Thus, nothing in federal law denies Capitol enforceable rights in the original recordings simply because the U.K. copyrights have expired. By virtue of section 301(c), the extent of Capitol's copyrights, if any, depends entirely on the protection provided by New York's common law copyright.

No New York court has ruled whether a Rule of the Shorter Term would end a New York common law copyright for a work created in a foreign country after the work has entered that country's public domain by reason of the expiration of the term of the foreign copyright. We have ruled that federal copyright law protects a work that enjoys no protection in the country where the work was created. See Hasbro Bradley, Inc. v. Sparkle Toys, Inc., 780 F.2d 189, 192-93 (2d Cir. 1985) (toy design, unprotected in country of origin, entitled to protection under United States law against infringement occurring in the United States). New York might choose to follow the principle of Hasbro and provide common law protection despite lack of United Kingdom protection, but it might also rule that common law protection ends in New York when protection ends in the country of creation. This latter view might regard Hasbro, even if analogous to New York's common law, as applying only to protection for a work never entitled to protection in the country of creation, as distinguished from protection for a work whose term of protection in the country of creation has expired. Such a view might also be predicated directly on a New York common law version of the Rule of the Shorter Term.

Lacking any guidance from the New York courts on the question whether a common law copyright remains available for a work that has entered the public domain in the country of creation, we will certify the question to the New York Court of Appeals.

(b) Copyright infringement and unfair competition. If New York common law does not terminate the copyright in a foreign sound recording upon expiration of the foreign copyright term, the next question concerns the elements of copyright infringement under New York common law. Capitol contends that infringement requires only the same elements needed for a federal copyright claim: ownership of a valid copyright and copying. See Feist Publications, Inc. v. Rural Telephone Service Co., 499 U.S. 340, 361, 111 S. Ct. 1282, 113 L. Ed. 2d 358 (1991). Naxos contends that more is required, and appears to contend that the elements of unfair competition must be shown. "New York common law does not even recognize a cause of action for misappropriation of intangible rights unless such a claim is paired with a claim for unfair competition." Br. for Defendant-Appellee at 24 (citing Ippolito v. Lennon, 150 A.D.2d 300, 303, 542 N.Y.S.2d 3, 6 (1st Dep't 1989)).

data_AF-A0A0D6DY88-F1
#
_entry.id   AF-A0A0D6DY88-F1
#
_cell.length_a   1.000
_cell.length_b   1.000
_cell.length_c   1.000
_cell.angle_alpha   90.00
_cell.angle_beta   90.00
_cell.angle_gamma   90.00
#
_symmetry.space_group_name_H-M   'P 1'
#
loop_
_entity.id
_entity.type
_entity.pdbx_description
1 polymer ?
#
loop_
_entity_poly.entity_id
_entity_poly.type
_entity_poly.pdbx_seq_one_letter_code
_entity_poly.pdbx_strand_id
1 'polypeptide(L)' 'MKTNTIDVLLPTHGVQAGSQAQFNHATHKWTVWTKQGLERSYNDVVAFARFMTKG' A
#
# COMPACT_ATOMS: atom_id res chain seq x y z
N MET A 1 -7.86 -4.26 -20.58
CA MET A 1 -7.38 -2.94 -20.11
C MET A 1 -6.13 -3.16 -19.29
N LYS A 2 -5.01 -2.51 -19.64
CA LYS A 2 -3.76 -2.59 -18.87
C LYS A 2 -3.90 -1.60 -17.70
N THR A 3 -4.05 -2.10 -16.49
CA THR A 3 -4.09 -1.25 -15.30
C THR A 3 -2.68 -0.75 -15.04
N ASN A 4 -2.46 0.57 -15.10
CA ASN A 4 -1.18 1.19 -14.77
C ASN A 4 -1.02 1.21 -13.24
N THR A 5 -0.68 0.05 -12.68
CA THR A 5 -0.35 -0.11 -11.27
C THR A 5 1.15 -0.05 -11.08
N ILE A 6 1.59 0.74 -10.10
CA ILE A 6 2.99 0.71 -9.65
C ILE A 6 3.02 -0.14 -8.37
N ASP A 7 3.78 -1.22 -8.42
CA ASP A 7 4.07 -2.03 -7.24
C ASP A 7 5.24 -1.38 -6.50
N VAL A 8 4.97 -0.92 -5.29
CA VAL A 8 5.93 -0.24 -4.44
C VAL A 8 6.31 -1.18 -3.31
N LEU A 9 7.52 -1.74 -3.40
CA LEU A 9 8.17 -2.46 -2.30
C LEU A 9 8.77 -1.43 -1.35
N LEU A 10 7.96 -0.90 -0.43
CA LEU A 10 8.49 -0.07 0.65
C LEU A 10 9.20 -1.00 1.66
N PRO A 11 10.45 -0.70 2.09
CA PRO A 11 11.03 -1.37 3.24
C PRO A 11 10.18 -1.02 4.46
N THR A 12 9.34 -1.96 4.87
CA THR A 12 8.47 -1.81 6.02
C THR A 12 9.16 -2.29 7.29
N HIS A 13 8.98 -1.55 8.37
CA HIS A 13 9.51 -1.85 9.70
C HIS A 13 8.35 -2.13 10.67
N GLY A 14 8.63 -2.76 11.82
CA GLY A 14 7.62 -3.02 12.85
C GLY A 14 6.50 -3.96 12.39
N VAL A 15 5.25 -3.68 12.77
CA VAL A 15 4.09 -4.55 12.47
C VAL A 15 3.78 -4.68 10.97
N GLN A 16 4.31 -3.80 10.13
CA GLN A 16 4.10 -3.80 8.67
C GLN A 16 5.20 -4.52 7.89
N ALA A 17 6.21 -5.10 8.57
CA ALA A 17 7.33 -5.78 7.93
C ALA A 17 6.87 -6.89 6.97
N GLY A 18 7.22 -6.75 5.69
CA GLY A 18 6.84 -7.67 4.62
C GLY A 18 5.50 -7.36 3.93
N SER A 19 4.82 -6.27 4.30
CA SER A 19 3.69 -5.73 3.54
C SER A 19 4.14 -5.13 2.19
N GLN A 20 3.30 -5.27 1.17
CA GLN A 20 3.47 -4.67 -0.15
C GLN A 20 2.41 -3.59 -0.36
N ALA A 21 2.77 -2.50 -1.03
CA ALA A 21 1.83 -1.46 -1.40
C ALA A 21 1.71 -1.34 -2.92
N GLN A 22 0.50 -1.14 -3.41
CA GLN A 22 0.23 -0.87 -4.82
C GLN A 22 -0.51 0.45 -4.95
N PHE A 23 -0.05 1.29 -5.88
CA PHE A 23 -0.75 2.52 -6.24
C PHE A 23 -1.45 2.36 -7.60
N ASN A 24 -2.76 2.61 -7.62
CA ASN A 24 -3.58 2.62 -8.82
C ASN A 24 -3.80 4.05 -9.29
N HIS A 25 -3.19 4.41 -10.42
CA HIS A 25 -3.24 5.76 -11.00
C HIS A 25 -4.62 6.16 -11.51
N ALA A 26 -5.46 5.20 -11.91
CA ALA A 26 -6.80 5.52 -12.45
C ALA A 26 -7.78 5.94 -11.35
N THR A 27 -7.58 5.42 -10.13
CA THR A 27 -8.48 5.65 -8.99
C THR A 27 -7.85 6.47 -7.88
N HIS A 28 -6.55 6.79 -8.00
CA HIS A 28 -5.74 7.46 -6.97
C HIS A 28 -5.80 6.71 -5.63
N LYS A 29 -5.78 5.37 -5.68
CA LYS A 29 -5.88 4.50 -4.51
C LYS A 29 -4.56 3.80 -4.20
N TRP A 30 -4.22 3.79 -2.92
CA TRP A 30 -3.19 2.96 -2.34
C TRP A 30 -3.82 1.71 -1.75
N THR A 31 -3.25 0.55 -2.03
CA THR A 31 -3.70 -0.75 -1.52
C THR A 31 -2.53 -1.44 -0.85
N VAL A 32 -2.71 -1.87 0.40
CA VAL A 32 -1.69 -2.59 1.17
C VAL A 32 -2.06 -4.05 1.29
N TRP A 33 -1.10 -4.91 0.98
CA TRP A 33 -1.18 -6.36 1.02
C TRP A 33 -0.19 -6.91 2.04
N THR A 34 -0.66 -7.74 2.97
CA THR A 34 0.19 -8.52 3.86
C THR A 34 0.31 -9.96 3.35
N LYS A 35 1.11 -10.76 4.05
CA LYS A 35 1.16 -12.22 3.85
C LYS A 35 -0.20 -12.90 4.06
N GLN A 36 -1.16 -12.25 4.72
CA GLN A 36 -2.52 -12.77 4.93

The District Court appears to have substantially accepted Naxos's view of New York common law, referring to Capitol's common law claim as "a hybrid copyright, unfair competition cause of action." Capitol I, 262 F. Supp. 2d at 210.

In the absence of an authoritative ruling from the New York Court of Appeals, we are in substantial doubt whether New York would import elements of unfair competition into a cause of action for infringement of a common law copyright. Our certification will therefore include this question as well.

(c) Can a "new product" infringe a common law copyright? In the course of rejecting Capitol's cause of action for unfair competition, the District Court stated that Capitol's original recordings "are not even salable because time-worn shellacs are marred by numerous sound imperfections, and the types of machines which can extract sound from sound shellacs became obsolete many years ago and are unavailable to the majority of consumers." Capitol I, 262 F. Supp. 2d at 214. The Court also ruled that Naxos "created and marketed a new product relying on its own labor, skill, and reputation." Id.

Although the Court's "new product" analysis was included in its rejection of Capitol's unfair competition claim, the Court's linkage of that claim to Capitol's copyright infringement claim implies, if not states, that the Court did not believe that a "new product" could infringe a common law copyright, at least where the allegedly protected work has little if any current market.

If federal copyright law applied, the Court's "new product" analysis would not defeat an infringement claim. As long as a defendant's work incorporates protectable elements of a plaintiff's work, the plaintiff is entitled to relief. See 17 U.S.C. § 103; Durham Industries v. Tomy Corp., 630 F.2d 905, 909 (2d Cir. 1980). Nor would the lack of a market for the protected work matter. For example, the proprietor of a copyright in a silent movie would have a viable infringement claim against a defendant who used an original screenplay of the silent movie (during the term of the movie's copyright) to remake the movie into a modern film with sound.